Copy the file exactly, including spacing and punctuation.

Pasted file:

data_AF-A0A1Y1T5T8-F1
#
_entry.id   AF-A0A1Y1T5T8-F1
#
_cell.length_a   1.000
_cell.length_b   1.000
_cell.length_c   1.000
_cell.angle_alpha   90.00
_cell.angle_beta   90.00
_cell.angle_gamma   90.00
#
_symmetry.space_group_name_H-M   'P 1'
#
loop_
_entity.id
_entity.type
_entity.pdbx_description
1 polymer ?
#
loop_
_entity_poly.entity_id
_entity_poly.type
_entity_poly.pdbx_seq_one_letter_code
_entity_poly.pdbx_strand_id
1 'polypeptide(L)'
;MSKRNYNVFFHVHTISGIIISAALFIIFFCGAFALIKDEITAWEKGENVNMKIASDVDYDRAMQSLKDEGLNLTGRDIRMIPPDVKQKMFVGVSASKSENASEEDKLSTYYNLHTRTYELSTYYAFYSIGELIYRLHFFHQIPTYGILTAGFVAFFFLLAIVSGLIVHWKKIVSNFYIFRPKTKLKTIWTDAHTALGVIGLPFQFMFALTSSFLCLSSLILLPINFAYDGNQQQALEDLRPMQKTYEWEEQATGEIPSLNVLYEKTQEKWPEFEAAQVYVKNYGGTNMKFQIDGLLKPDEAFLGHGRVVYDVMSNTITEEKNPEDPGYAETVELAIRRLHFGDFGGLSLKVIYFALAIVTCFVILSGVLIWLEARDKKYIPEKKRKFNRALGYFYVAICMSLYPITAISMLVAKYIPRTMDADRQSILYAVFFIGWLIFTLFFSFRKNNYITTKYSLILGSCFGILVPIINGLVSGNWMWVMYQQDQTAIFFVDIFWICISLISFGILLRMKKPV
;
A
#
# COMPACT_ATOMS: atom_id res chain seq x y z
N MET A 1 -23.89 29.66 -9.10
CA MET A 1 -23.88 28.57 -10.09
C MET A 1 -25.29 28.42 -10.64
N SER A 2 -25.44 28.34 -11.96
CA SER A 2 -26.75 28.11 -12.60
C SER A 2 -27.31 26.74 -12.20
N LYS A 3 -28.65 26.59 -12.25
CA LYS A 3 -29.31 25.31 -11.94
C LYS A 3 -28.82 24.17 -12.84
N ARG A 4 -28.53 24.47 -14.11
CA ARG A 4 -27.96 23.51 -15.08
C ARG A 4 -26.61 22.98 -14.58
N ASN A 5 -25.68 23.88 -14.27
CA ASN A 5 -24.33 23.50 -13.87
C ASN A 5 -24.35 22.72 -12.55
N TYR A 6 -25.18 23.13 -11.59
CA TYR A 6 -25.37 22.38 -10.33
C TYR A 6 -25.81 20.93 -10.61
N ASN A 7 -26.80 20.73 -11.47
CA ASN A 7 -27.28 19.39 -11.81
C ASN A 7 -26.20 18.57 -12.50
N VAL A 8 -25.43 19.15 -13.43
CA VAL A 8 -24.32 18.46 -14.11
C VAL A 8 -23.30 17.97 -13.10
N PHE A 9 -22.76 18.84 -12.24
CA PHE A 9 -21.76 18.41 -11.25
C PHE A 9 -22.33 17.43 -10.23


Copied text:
data_AF-A0A1Y1T5T8-F1
#
_entry.id   AF-A0A1Y1T5T8-F1
#
_cell.length_a   1.000
_cell.length_b   1.000
_cell.length_c   1.000
_cell.angle_alpha   90.00
_cell.angle_beta   90.00
_cell.angle_gamma   90.00
#
_symmetry.space_group_name_H-M   'P 1'
#
loop_
_entity.id
_entity.type
_entity.pdbx_description
1 polymer ?
#
loop_
_entity_poly.entity_id
_entity_poly.type
_entity_poly.pdbx_seq_one_letter_code
_entity_poly.pdbx_strand_id
1 'polypeptide(L)'
;MSKRNYNVFFHVHTISGIIISAALFIIFFCGAFALIKDEITAWEKGENVNMKIASDVDYDRAMQSLKDEGLNLTGRDIRMIPPDVKQKMFVGVSASKSENASEEDKLSTYYNLHTRTYELSTYYAFYSIGELIYRLHFFHQIPTYGILTAGFVAFFFLLAIVSGLIVHWKKIVSNFYIFRPKTKLKTIWTDAHTALGVIGLPFQFMFALTSSFLCLSSLILLPINFAYDGNQQQALEDLRPMQKTYEWEEQATGEIPSLNVLYEKTQEKWPEFEAAQVYVKNYGGTNMKFQIDGLLKPDEAFLGHGRVVYDVMSNTITEEKNPEDPGYAETVELAIRRLHFGDFGGLSLKVIYFALAIVTCFVILSGVLIWLEARDKKYIPEKKRKFNRALGYFYVAICMSLYPITAISMLVAKYIPRTMDADRQSILYAVFFIGWLIFTLFFSFRKNNYITTKYSLILGSCFGILVPIINGLVSGNWMWVMYQQDQTAIFFVDIFWICISLISFGILLRMKKPV
;
A
#
# COMPACT_ATOMS: atom_id res chain seq x y z
N MET A 1 -23.89 29.66 -9.10
CA MET A 1 -23.88 28.57 -10.09
C MET A 1 -25.29 28.42 -10.64
N SER A 2 -25.44 28.34 -11.96
CA SER A 2 -26.75 28.11 -12.60
C SER A 2 -27.31 26.74 -12.20
N LYS A 3 -28.65 26.59 -12.25
CA LYS A 3 -29.31 25.31 -11.94
C LYS A 3 -28.82 24.17 -12.84
N ARG A 4 -28.53 24.47 -14.11
CA ARG A 4 -27.96 23.51 -15.08
C ARG A 4 -26.61 22.98 -14.58
N ASN A 5 -25.68 23.88 -14.27
CA ASN A 5 -24.33 23.50 -13.87
C ASN A 5 -24.35 22.72 -12.55
N TYR A 6 -25.18 23.13 -11.59
CA TYR A 6 -25.37 22.38 -10.33
C TYR A 6 -25.81 20.93 -10.61
N ASN A 7 -26.80 20.73 -11.47
CA ASN A 7 -27.28 19.39 -11.81
C ASN A 7 -26.20 18.57 -12.50
N VAL A 8 -25.43 19.15 -13.43
CA VAL A 8 -24.32 18.46 -14.11
C VAL A 8 -23.30 17.97 -13.10
N PHE A 9 -22.76 18.84 -12.24
CA PHE A 9 -21.76 18.41 -11.25
C PHE A 9 -22.33 17.43 -10.23